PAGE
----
The tracks to the summit of Otanewainuku and to the Whataroa Falls are accessible from Mountain Rd, off Oropi Rd and No 2 Rd, a few kms south of Tauranga. There is a parking area by the gravel road, with covered picnic tables and toilet facilities by the carpark.
The climb from the carpark to the summit is about 200m, and is signposted as being a 45-minute walk. The track forms a loop, which can be walked either clockwise or anticlockwise. Clockwise gives the gentlest uphill walk, with stepper downhill. The track is well formed and well maintained, with very few steps and steeper areas. There is a lookout tower at the summit, with an almost 36-degree view over the top of the surrounding vegetation. On a day with clear visibility the views are impressive.On the other side of Mountain Rd there is a Rimu Loop Track, with several large rimu trees clearly visible and accessible from the track. The loop is marked as being a 45-minute walk. It is easy walking on a well formed and maintained track.
The track to Whataroa Falls starts at about the mid point of the Rimu Loop Track. From here it is about 2.5 km to the falls, again on a relatively easy track.
The total distance for all the tracks is about 10 km. The summit loop took about 1.5 hours, but that included over 15 minutes spent at the lookout tower on the summit. The Rimu Loop Track and the track to the falls (in both directions) took about 2 hours 15 minutes, with about 15 minutes spent at the falls.
More information about the tracks is available on DoC’s web site.
The covered picnic tables and information panels by the carpark on Mountain Rd.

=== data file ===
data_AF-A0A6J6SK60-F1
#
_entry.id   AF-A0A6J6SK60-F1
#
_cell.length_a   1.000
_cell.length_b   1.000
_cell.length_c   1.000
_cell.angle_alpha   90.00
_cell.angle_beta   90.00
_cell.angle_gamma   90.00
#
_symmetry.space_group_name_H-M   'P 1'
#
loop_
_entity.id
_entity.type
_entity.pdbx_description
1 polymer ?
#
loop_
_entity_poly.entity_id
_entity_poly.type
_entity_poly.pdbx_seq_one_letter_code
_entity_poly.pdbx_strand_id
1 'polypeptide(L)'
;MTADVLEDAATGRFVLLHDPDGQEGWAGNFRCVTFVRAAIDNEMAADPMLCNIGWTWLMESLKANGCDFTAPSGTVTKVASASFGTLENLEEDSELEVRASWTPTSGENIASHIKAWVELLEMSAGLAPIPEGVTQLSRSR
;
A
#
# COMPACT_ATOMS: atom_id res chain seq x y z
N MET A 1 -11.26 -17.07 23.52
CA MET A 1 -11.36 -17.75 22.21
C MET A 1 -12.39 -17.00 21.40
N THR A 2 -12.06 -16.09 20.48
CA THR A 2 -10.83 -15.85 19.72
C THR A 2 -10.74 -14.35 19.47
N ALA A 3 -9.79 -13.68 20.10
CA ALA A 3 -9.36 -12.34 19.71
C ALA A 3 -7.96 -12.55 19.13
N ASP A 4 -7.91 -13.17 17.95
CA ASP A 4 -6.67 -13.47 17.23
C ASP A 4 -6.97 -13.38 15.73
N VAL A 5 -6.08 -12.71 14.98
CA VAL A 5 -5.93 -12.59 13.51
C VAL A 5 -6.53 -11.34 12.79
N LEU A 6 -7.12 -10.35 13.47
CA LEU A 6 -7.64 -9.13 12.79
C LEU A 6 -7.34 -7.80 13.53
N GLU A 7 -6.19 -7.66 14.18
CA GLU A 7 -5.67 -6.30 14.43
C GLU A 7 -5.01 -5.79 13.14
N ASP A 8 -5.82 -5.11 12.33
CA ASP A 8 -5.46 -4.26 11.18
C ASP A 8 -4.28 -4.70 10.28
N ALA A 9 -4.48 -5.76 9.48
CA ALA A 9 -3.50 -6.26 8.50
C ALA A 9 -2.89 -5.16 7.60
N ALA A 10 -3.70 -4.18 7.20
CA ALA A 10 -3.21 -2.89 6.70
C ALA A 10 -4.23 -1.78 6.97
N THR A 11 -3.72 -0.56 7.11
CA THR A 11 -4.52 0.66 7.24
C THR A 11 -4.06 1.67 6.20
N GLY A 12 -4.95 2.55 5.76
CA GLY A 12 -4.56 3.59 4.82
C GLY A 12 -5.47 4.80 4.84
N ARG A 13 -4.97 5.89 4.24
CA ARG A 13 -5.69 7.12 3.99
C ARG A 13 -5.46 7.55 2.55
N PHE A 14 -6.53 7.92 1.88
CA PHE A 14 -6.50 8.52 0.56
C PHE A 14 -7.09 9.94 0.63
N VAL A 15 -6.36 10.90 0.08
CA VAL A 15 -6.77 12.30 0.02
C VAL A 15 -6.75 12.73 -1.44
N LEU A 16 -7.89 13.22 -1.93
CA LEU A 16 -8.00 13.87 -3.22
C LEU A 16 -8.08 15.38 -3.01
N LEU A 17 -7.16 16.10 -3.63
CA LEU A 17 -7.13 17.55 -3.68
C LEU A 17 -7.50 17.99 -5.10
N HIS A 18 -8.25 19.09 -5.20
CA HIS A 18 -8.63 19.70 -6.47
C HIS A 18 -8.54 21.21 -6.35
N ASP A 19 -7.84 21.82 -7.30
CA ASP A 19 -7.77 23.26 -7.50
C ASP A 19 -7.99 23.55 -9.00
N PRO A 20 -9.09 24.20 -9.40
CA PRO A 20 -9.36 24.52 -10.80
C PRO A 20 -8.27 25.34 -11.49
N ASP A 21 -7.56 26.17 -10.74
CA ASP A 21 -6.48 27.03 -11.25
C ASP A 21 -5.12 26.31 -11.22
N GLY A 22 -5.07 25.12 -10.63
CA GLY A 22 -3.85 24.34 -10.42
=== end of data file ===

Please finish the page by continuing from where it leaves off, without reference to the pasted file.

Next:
A large Pukatea tree marks the point where the summit loop tracks diverge.
The lookout tower on the summit of Otanewainuku.
Views from the lookout tower.
Even a selfie on the lookout tower.
There were several fallen trees and broken branches across or near the track. Apparently there has been a storm or two passing by recently. However, the tracks are well maintained and there were only a few minor blockages from fallen vegetation.
Another large Pukatea tree, recognizable by the distinctive buttressed roots.
One of New Zealand’s tallest trees, a Kahikatea, is situated by the summit track, only a short, easy, walk from the carpark.
On the Rimu Loop Track a large Rimu tree had fallen across the track some time ago. With a diameter of more than 1 meter, it is estimated to be about 540 years old.
One of the largest Rimu trees by the Rimu Loop Track.
A small Rimu sapling, hoping one day to reach above the forest canopy.
Moss and other vegetation soon grows on fallen trees.
Fungus growing as ‘steps’ on the stump from a long-dead tree.
The stream just above the Whataroa Falls, which must be crossed to access the falls.
The Whataroa Falls consists of several separate falls. Only the upper falls are easily accessible. These are the upper falls.
The second falls are accessible through fairly dense vegetation. There may be further falls, but again not easily accessible.
The tracks were walked on September 27, 2014, as well as several other times. The GPS track log is from the September 27 walk.
Nice simple walk. Would be better at the waterfall in non peak time as there was lots of people but still pleasant Had a pleasant summer afternoon hike here with the extended family. The hike was up and down with nothing too strenuous. A bit muddy in places. In the first m placards denoted some of the native bush. With the recent rains the waterfall was in full force. There was a swimming hole below the falls for those bold enough to brave the cold water. On the way back we saw a massive Rimu tree in the Eastern side of the loop trail.